Now she sees precisely what a nasty little piece of work this guy is. He's the sort of kid who 's never had the word "no" said to him. When she finally dissuaded him - and that only came when she realised that her professional reputation could be summoned up for any prospective employer by simply pressing a button on a keyboard and that her professional career had been terminated by her precipitous, unprofessional and illegal behaviour.

It was the loss of her livelihood which made Michelle think twice about Preston, not the loss of her husband's and her son's respect. And when she denied him any further physical intercourse, he used her young niece as bait for her jealousy and used that situation to ingratiate himself into the good books of her brother. Michelle can't say anything, because Preston is in control. All he has to do is say one word to Martin about his relationship with her, and she's done for. He knows she fears losing her last two relatives in the world,and already he's toying with that, regaling Martin with stories about a "girl" back in Florida, who broke up with him.

Even now, Preston's playing mind games with her. When Martin informs her that he's seeing Rebecca's head teacher today about the porn link, he mentions how nervous he is about seeing her. Preston quips that Michelle would be able to offer him advice - after all, she is well-versed in dealing with head teachers. (Big mistake here: an American wouldn't realise what a head teacher or a "head" of a school is. In the US, they are called "principals".)

What was very interesting and entertaining in this piece was exactly how perceptive Louise and Dennis, especially Dennis, were about this guy. Michelle is so distracted by his being there that she's effectively neglecting both Dennis and Louise, whom she's supposed to be supervising in their parents' absence. Not only has she forgotten that Dennis needs money for a school trip - she's probably had to spend the monthly allowance Sharon's been sending to see to an unexpected guest - she also forgets to ring Dennis's teacher to tell her she'll have the funds the next day, and now he can't go on his trip. 

But it's Dennis who takes the first phonecall of the day. What time is that? About 8AM? Fuck me, it's 3AM in Florida, so Ma Prestonovich must be chewing nails and pissing rust, as we say in the South. Dennis is quick to note that the woman on the phone sounds angry. (Why didn't he also note that she was American?) He even sees through Michelle's lie that the woman is a friend of hers from Florida.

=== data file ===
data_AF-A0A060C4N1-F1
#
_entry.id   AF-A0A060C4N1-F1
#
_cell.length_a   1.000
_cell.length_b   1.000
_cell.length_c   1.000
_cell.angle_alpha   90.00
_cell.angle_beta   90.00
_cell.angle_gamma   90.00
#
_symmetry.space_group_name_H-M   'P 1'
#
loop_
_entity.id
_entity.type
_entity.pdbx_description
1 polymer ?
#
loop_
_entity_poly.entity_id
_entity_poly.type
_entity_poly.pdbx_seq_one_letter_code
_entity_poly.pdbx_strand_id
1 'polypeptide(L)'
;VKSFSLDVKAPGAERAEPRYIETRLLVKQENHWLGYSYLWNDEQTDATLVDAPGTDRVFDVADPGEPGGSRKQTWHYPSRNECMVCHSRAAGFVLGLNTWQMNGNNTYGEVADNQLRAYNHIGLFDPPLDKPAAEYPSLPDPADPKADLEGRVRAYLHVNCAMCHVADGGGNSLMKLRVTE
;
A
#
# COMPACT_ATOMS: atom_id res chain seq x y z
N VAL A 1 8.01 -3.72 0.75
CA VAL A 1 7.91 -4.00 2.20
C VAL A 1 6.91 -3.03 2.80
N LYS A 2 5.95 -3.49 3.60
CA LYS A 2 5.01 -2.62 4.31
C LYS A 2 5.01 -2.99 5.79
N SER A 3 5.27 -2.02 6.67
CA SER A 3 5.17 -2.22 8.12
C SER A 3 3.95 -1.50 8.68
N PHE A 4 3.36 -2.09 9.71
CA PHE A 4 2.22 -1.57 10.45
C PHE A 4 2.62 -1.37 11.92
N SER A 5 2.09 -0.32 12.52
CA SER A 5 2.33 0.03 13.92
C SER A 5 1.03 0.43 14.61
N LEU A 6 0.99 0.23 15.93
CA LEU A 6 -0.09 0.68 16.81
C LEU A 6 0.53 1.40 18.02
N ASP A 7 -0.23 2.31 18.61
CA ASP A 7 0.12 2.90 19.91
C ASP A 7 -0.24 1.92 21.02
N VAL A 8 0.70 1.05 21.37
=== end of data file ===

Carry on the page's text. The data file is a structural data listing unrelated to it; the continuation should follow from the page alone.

The highlight of the episode was the dinner scene. Michelle isn't even capable of rustling up a decent meal for the kids, so distracted is she by Preston. She feeds them a watery stew concocted from a bunch of vegetables Martin was going to throw out from the stall. When Dennis and Louise protest and get shirty - Dennis implying that Michelle is a liar - Prestonovich attempts to intervene in what he perceives as a manly fashion (calling out Louise for disrespecting Michelle, when Louise points out that Michelle is only in charge of them because Sharon and Phil are away), Louise turns the tables on him. 

Prestonovich is big about respect, she quips. What about Rebecca? She points out that Martin was at school today about Rebecca, who is extremely upset about the porn link, but there was also the matter of Preston sleeping with her and dumping her thereafter ...

When Michelle attempts to intervene and Louise backchats her, Preston huffs,

Do you speak to your mother like that?

Before anyone can say anything, Dennis observes that Preston doesn't speak to his mother at all, and to Michelle's horror, he says that Preston's mother had rung earlier, angry, and Preston wouldn't speak to her. Moreover, he said, Michelle lied about the call being from his mother. 

I was literally punching the air. Dennis is onto something. That lie, which he easily sussed, made him suspicious. 

This has seriously spooked Michelle, but Preston has another tack to try. He admits that he's going North to Manchester to visit this friend of a friend he's met only once and he'd be leaving the next day, which softens the silly woman's resolve and leads to a moment of unguarded intimacy on the couch in the Mitchell front room, when Preston assures her that Dennis and Louise are upstairs asleep; but Michelle hears something and doesn't see the person who's suspected her all along and who's witnessed the sordid truth behind the Mitchells' uninvited guest: Dennis.

Let the games begin.